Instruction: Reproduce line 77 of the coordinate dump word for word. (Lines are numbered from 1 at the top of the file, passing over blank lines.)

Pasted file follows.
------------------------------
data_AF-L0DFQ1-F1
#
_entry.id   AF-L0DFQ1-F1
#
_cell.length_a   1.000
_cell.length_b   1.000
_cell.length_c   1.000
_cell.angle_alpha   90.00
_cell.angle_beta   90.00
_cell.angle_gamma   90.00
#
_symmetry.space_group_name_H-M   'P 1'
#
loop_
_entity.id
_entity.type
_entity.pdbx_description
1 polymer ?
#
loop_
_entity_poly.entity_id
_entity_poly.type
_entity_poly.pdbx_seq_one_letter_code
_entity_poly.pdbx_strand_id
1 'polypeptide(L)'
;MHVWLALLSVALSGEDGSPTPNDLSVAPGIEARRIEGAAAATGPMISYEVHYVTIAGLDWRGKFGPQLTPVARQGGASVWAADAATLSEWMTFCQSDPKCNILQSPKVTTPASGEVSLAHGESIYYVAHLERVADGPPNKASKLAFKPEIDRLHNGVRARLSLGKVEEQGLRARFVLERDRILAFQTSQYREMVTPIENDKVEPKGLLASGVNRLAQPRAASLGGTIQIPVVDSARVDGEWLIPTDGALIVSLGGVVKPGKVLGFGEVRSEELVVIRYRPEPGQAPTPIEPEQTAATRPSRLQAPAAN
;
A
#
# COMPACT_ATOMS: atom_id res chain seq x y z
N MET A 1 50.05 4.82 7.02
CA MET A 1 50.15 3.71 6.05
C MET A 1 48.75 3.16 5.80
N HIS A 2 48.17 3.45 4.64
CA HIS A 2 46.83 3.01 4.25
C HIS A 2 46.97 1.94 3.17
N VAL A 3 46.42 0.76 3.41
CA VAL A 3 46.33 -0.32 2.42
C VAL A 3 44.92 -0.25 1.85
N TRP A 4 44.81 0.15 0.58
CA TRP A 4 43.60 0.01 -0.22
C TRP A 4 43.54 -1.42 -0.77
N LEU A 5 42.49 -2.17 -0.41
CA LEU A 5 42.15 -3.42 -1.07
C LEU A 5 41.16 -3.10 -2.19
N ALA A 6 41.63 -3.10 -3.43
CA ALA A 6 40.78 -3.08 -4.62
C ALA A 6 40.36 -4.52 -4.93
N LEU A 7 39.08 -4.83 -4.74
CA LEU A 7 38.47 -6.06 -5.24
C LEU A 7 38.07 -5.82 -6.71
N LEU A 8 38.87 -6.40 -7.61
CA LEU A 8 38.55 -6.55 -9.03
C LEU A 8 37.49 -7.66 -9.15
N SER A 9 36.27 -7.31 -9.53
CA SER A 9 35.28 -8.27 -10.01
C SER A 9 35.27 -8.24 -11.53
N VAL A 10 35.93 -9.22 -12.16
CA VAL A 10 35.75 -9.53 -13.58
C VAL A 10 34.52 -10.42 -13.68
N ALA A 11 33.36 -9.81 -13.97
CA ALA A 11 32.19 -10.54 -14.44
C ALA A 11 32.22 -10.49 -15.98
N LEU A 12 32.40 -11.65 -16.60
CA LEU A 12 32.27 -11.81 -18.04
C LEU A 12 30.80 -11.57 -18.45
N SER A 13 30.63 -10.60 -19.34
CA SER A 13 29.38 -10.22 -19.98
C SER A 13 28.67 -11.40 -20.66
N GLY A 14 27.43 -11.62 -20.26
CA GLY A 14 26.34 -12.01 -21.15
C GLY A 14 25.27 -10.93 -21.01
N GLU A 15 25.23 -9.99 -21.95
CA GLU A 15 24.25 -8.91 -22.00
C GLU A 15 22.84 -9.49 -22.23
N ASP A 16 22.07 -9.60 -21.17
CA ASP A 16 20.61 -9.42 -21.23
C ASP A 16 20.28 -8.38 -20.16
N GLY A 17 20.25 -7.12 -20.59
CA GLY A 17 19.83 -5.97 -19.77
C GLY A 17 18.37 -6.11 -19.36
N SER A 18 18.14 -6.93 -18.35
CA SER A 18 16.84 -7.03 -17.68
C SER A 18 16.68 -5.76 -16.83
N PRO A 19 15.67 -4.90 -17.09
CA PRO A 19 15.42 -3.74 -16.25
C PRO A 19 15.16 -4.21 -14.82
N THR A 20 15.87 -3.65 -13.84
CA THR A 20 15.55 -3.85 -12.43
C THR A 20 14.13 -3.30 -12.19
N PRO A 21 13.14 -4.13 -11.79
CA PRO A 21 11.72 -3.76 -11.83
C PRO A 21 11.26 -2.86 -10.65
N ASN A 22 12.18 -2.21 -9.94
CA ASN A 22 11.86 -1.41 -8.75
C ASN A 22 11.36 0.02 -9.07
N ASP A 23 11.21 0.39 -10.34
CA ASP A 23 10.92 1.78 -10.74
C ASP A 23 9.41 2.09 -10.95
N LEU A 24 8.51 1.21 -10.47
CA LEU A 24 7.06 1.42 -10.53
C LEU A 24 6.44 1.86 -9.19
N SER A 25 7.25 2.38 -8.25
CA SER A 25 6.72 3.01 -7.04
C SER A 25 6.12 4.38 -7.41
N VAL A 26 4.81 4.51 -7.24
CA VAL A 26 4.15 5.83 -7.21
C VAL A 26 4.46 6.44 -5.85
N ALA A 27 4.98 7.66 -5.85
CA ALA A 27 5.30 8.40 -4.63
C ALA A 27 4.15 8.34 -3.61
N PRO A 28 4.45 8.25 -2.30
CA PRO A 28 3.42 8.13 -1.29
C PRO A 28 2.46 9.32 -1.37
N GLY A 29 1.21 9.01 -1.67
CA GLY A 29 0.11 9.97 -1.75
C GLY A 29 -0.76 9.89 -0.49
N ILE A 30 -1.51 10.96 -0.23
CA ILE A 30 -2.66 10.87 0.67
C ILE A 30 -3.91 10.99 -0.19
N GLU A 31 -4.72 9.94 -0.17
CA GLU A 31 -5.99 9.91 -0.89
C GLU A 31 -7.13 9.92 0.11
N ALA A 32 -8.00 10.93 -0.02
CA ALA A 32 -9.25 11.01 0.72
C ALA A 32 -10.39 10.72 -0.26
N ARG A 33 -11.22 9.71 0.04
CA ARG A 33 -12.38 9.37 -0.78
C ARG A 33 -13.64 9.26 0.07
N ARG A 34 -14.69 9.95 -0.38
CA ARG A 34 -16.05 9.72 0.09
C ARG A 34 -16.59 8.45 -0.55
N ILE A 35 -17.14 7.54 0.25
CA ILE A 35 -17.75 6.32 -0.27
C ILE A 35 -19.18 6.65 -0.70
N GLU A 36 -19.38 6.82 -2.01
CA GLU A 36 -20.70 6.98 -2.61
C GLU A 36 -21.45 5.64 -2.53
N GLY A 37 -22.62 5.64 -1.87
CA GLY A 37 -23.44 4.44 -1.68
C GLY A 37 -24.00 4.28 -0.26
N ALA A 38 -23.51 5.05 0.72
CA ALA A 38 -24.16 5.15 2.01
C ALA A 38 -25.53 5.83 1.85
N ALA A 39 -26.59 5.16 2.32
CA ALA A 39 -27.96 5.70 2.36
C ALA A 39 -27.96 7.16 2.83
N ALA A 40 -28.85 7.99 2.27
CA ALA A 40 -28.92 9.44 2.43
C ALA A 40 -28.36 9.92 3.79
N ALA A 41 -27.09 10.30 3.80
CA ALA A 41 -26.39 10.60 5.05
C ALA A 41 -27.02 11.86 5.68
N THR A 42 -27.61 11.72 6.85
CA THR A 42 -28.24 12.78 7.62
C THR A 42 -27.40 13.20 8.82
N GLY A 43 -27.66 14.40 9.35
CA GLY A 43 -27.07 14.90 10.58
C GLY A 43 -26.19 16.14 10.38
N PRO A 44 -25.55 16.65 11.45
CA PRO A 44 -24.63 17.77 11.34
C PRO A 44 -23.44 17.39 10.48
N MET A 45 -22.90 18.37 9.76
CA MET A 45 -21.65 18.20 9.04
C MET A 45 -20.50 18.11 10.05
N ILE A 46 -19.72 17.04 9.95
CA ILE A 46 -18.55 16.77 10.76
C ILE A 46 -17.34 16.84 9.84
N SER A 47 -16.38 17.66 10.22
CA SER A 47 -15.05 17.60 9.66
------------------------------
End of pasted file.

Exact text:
CA ASP A 16 20.61 -9.42 -21.23